Sri Lanka's army has been releasing images of its troops on the coast in the north-eastern war zone
Four senior Tamil Tiger leaders have been killed as fighting continues in the north of Sri Lanka, the army says.
Sri Lanka's government said troops are engaged in "final brushing up" hours after a website linked to the rebels said the Tigers were laying down arms.
The three dead are said to include the head of the Tigers' political wing, Balasingham Nadesan, but there is no word on leader Velupillai Prabhakaran.
However, the army says it has found the body of his son, Charles Anthony.
Sri Lanka's army says the last LTTE (Tamil Tiger) fighters have been penned into a 1.5 square kilometre (0.6 sq mile) patch of jungle.
The military says that the head of rebels' peace secretariat Seevaratnam Puleedevan and military leader called Ramesh were the other two killed and that their bodies had been recovered.
Reporters are not allowed into the combat zone, making it impossible to independently verify the claims.
As the offensive continued, more than 1,000 Sri Lankans protested outside the British High Commission in the capital, Colombo.
The demonstrators, accusing Britain of siding with the Tigers, threw stones and burnt an effigy of UK Foreign Secretary David Miliband.
EU ministers are expected on Monday to call for a probe into claims civilians have been targeted.
Born November, 1954
1972: Founded Tamil New Tigers (TNT), forerunner to LTTE
Wanted in Sri Lanka and India
The inquiry calls come as the final act appears to be being played out in a long and bitter 26-year civil war which has left some 70,000 people dead.
On Sunday the Tigers chief of international relations, Selvarasa Pathmanathan, said in a statement on the Tamilnet website: "This battle has reached its bitter end."
A later statement appeared to modify the rebel position, saying the LTTE was "prepared to silence its guns if that is what needed by the international community to save the life and dignity of the Tamil people".
The country's President Mahinda Rajapaksa has already claimed victory, declaring on Saturday that Sri Lanka had been made free from "barbaric acts".
In Brussels the EU issued a draft statement ahead of a meeting of foreign ministers on Monday, expressing a sense of outrage at the reports of civilian casualties on both sides.
The statement said the EU was appalled both at the high numbers of casualties and at the use of heavy weapons in the conflict.
The EU is pushing for the UN Human Rights Council to convene a special session on Sri Lanka, just as it has in the past done for Burma, Darfur and the Palestinian territories, reports the BBC's Oana Lungescu, in Brussels.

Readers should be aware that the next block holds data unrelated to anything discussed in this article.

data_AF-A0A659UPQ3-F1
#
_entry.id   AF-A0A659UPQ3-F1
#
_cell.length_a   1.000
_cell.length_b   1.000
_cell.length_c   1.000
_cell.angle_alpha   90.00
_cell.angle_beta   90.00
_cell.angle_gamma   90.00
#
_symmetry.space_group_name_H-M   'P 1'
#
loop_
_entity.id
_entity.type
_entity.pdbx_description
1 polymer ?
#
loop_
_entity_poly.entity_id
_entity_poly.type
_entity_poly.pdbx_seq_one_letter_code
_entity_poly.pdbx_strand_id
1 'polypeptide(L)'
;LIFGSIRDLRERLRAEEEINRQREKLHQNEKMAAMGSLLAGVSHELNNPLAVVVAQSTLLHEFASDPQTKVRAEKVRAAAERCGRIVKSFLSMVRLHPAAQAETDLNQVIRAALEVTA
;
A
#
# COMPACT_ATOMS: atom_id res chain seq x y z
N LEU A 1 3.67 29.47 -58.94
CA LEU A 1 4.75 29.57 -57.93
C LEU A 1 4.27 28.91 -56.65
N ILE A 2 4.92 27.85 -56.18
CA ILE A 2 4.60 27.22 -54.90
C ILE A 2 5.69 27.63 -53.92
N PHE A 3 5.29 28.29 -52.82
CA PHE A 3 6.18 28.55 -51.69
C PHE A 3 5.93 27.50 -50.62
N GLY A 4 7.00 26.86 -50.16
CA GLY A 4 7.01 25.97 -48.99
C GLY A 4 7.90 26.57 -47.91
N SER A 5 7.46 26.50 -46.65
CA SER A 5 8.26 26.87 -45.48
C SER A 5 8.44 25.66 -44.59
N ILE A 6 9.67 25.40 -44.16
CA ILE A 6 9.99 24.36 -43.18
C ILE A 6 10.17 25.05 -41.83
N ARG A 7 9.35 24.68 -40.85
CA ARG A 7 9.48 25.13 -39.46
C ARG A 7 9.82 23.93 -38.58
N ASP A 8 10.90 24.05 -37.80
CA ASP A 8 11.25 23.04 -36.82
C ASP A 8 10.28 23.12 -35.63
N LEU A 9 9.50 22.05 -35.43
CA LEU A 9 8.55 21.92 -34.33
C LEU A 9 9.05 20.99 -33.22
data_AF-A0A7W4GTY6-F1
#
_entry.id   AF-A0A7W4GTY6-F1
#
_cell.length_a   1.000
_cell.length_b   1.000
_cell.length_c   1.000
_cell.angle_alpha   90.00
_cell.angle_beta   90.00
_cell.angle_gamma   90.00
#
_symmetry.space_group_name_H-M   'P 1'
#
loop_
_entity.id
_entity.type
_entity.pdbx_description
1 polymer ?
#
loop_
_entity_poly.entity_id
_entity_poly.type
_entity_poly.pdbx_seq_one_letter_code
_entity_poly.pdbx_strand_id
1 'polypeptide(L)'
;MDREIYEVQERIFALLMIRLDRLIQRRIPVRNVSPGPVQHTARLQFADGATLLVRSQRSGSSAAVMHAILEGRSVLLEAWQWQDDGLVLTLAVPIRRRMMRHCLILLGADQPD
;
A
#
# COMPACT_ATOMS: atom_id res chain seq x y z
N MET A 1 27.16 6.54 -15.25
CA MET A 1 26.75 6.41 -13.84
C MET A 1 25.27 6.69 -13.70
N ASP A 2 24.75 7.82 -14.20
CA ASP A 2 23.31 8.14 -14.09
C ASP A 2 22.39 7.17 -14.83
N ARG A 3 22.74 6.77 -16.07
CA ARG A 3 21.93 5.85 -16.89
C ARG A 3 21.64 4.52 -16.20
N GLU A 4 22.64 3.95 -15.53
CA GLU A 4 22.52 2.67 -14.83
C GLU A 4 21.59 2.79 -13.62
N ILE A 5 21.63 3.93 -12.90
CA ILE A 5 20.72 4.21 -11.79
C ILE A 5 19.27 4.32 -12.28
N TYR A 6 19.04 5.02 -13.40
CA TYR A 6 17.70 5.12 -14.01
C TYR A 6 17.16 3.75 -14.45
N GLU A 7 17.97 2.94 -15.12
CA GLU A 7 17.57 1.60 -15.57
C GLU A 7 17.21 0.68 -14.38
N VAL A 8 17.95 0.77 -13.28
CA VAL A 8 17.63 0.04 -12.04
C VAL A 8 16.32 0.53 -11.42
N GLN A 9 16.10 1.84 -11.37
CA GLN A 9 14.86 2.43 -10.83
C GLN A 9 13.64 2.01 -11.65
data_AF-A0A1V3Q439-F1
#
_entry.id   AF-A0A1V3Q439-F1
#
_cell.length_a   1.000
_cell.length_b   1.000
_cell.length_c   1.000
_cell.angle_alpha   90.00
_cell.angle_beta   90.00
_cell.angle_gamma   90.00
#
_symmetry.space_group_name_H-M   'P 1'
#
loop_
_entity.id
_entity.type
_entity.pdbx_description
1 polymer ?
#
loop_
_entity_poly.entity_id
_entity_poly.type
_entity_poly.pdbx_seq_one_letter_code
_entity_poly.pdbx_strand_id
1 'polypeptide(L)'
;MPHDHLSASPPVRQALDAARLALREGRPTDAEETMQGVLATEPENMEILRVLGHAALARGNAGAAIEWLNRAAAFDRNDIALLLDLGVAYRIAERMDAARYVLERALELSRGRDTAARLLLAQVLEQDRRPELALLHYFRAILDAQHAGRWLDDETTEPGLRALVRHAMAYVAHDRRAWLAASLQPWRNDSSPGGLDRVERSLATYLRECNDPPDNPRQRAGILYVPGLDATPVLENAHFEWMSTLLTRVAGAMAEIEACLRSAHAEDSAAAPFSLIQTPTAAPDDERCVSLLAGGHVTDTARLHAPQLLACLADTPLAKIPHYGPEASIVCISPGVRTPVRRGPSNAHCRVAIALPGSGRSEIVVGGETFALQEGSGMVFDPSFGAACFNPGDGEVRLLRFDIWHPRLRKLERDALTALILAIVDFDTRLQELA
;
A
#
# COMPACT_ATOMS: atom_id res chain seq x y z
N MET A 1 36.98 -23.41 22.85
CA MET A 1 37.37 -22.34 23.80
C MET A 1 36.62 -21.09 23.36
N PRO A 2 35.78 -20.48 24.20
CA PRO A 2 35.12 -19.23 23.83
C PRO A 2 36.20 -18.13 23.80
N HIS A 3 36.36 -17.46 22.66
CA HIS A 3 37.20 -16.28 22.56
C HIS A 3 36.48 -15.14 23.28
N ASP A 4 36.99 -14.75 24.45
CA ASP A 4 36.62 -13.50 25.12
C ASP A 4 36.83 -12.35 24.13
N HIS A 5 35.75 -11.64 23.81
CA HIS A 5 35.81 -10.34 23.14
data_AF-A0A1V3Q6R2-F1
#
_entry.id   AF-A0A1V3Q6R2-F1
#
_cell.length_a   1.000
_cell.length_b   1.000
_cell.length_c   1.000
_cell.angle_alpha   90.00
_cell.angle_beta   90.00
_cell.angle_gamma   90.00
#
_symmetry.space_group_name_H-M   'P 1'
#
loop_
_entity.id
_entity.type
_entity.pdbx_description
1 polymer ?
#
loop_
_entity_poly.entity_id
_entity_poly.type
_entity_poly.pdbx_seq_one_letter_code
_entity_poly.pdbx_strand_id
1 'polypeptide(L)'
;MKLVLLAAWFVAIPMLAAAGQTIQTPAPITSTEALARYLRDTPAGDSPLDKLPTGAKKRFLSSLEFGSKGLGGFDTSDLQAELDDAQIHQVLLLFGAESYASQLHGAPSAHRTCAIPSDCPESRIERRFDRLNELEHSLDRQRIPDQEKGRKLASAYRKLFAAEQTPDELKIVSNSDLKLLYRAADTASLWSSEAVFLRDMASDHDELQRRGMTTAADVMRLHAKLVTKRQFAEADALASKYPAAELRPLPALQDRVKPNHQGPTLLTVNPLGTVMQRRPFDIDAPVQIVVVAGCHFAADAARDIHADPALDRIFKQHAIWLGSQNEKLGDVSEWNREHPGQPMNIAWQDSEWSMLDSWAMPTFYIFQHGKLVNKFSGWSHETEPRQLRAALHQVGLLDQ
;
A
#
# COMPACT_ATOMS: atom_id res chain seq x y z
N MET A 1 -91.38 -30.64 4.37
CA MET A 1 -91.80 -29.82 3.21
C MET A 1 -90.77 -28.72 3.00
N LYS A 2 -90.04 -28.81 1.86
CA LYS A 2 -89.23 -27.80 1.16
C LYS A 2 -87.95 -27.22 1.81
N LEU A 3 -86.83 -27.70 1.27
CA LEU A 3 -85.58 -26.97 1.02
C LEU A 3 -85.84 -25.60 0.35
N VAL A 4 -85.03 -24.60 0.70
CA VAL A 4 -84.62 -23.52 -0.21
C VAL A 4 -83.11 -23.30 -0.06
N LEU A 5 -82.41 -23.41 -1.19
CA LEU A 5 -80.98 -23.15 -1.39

1976 Liberation Tigers of Tamil Eelam form in the north-east
1987 India deploys peace-keepers to Tamil areas but they leave in 1990
1993 President Premadasa killed by Tiger bomb
2001 Attack on airport destroys half Sri Lankan Airlines fleet
2002 Government and rebels agree ceasefire
2005 Mahinda Rajapakse becomes president
2006 Heavy fighting resumes
2009 Tigers call for ceasefire after army takes main rebel strongholds, confines Tigers to small coastal enclave
A pledge of aid came from the UK, which offered £5m ($7.5m) to help avoid a "humanitarian catastrophe".
"It is essential that we get food, medicines and shelter in as soon as possible to save lives, and thereafter that we help people to return to their homes as soon as they safely can," said Douglas Alexander, the UK's international development secretary.
Diplomats say the EU has limited leverage, our correspondent notes, although it could remove preferential trade access worth $150m (£100m) if the country is found to be in breach of international human rights obligations.
Reports differ on the numbers of civilians caught up in the last battles, with the government saying that all those who had been trapped in Sri Lanka's northern war zone had escaped.
The rebel spokesman, though, said more than 25,000 were injured and in need of attention.
The government said it did not respond to statements released on Tamilnet, and asserted that 50,000 Tamil civilians had left the war zone in recent days.
The UN has told the BBC the army figures reinforced its view that Sri Lanka's authorities were ill-prepared for the huge influx of internally displaced people.
Refugee camps inland are already badly strained accommodating the huge numbers of those who have fled the conflict.
Leader at large?
The fighting is drawing to a close without any official word on the fate of Prabhakaran.
Some reports have suggested he has died, but - as with all information from the war zone - there has been no confirmation.
The army had suspected that Prabhakaran, who formed the Tigers in 1976, would fulfil his long-held pledge to take his own life rather than face capture.
Reports suggested some of the last remaining Tigers launched themselves in suicide attacks at government troops, but there was no word on whether Prabhakaran was among them.
President Rajapaksa is expected to give a nationally televised news conference in parliament on Tuesday, when reports suggest he may officially declare the war over.